FORT CAMPBELL, Ky. (Feb. 5, 2016) -- Soldiers and leaders, assigned to 1st Battalion, 26th Infantry Regiment, or 1-26 IN Reg., 2nd Brigade Combat Team, 101st Airborne Division (Air Assault), are packing their rucks, brushing up on battle drills and kissing their Families goodbye before heading off to the swamps of Fort Polk, Louisiana, for a decisive-action training environment rotation at the Joint Readiness Training Center, or JRTC.

A decisive-action training environment, better known as a DATE rotation, gives Soldiers a taste of a hybrid threat similar to the complexities of potential adversaries the nation could face in the 21st century. This threat includes guerrilla, insurgent, criminal, and near-peer conventional forces woven into one dynamic environment, according to army.mil.

The "Blue Spaders'" rotation is unique in that they will face the challenge of not only defeating the enemy at JRTC but also being integrated into the 4th Brigade Combat Team, 25th Infantry Division, out of Fort Richardson, Alaska - a brigade they are not organic to.

"This rotation is important to the Blue Spaders as both a validating event prior to assuming the Global Response Force and deploying a portion of the battalion in support of the upcoming deployment, and also as the culmination of our battalion's activation last April," said Lt. Col. Ryan B. Wylie, commander of 1-26 IN Reg. "My expectation is that we emerge from the rotation as a disciplined, adaptive and tough organization that has demonstrated a high degree of competency in related tasks, ready to make significant contributions to Strike's readiness during upcoming missions."

The bulk of Strike brigade completed its rotation last September, and although the Blue Spaders sent a headquarters element forward, most of the battalion stayed behind to support the 5th Special Forces Group at White Sands Missile Range, New Mexico. In addition, several companies completed their third Eagle Flight I rotation, which focused on squad live fires.

Newly activated to Strike last April, the Blue Spaders have quickly proven themselves within the ranks of the brigade. From being more than 80 percent air assault qualified and earning the coveted air assault streamer to seamlessly assimilating with the rest of brigade during multiple training exercises - 1st Battalion, 26th Infantry Regiment has established itself as an asset to the Strike brigade, and with that, bringing 115 years of distinguished service.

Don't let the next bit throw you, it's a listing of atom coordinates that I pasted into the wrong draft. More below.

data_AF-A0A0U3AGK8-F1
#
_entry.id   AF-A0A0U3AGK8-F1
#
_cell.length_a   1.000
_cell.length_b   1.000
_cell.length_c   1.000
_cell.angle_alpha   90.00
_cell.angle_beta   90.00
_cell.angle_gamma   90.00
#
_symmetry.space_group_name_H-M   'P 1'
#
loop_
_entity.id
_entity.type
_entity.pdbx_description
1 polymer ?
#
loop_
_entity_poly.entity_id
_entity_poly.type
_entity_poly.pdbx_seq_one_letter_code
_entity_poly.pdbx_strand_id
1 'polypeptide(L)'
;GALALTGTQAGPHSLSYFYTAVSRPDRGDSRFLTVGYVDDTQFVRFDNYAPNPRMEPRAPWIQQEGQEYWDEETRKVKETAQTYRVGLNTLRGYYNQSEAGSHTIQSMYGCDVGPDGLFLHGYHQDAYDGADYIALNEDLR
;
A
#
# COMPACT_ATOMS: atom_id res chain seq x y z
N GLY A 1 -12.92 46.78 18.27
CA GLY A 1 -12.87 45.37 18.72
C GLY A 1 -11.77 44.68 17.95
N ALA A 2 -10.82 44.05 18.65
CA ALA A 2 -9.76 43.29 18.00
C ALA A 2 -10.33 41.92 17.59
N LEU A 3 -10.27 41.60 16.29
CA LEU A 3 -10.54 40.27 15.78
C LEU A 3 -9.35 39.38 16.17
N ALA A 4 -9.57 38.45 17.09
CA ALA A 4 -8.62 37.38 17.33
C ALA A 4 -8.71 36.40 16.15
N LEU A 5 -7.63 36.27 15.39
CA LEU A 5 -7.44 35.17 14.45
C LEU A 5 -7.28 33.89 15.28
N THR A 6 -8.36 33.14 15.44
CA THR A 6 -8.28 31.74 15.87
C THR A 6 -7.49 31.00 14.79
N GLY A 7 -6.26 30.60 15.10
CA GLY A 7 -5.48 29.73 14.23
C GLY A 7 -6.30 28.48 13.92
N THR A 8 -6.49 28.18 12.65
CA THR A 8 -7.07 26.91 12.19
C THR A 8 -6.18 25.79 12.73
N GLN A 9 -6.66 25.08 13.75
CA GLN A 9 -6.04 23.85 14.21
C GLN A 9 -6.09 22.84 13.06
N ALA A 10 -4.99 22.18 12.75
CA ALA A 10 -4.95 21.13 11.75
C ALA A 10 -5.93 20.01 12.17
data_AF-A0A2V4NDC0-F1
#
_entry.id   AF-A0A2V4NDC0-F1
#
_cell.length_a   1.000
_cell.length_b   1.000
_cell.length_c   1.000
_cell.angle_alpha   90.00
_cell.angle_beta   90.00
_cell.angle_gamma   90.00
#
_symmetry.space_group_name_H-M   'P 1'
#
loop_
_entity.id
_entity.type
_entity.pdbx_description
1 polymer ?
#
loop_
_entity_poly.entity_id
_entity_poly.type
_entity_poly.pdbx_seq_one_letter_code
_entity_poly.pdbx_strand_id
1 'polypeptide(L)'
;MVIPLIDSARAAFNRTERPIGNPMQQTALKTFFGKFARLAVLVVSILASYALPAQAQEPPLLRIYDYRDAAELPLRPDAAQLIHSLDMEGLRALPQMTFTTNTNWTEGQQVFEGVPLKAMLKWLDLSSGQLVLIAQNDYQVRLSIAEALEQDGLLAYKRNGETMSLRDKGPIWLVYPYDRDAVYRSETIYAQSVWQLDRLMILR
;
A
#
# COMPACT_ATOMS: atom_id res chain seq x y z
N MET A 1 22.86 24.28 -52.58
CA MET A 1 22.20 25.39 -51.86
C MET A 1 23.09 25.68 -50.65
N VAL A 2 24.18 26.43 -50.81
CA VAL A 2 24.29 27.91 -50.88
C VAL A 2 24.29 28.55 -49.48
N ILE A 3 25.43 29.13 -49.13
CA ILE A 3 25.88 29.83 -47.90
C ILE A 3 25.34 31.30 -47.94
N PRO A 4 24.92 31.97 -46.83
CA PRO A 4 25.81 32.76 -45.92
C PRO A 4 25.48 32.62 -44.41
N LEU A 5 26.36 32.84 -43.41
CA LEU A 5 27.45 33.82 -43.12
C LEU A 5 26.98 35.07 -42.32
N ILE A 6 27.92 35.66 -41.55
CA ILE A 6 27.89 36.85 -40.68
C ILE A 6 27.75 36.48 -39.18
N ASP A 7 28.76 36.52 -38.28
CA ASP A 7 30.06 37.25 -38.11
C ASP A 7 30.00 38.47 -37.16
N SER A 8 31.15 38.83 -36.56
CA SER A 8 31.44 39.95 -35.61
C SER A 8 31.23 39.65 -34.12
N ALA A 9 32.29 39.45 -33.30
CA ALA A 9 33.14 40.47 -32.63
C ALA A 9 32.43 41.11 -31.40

"Strike and 1st Battalion, 26th Infantry Regiment both have great history," said Command Sgt. Major Matthew G. Bartel, the Blue Spader command sergeant major. "The Blue Spaders, now a part of Strike, look forward to our next chapter and rendezvous with destiny."

The Blue Spaders lineage dates back to 1901, when Congress authorized five additional infantry regiments to support the nation's responsibilities overseas. Since then, the Blue Spaders have been engaged in every major conflict from the Philippine-American War to Operations Iraqi and Enduring Freedom.

And with the conclusion of this JRTC rotation, they stand ready for their next rendezvous with destiny, adding Operation Inherent Resolve to that list.

The brigade is slated to deploy to Kuwait and Iraq in spring - with 1-26 playing an integral part of the overall success of the mission.

"Our upcoming rotation is the perfect training event to prepare us for the challenges we will face in Iraq in support of Operation Inherent Resolve," Wylie said. "Iraq presents a very complex and ever-changing operational environment. Mission accomplishment will require a disciplined, adaptive and tough organization that has a high level of competency not only in advise and assist tasks but across the range of military operations."

The DATE rotation will provide the Soldiers within the battalion with realistic training similar to those they might face on the battlefield. Although details of the upcoming mission are relatively unknown, the rotation will better prepare Soldiers for scenarios that may occur.

"JRTC will validate the aggressive training path the battalion has been on for the last 10 months," Bartel said. "Graduating 342 Soldiers from the Sabaulaski Air Assault School, three Eagle Flight I's and an Eagle Flight II involving battalion, and company air assaults have been instrumental thus far in our success."

The Blue Spaders are scheduled to return from Fort Polk, Louisiana, in early March.

"The Blue Spaders are excited about the opportunity to represent the Strike Brigade and the 101st Airborne Division and test our warfighting capabilities in the most comprehensive, complex and challenging training environment the Army can offer," Wylie said. "We have spent most of the last year preparing for this rotation and I am confident we are ready to fight and win against Geronimo."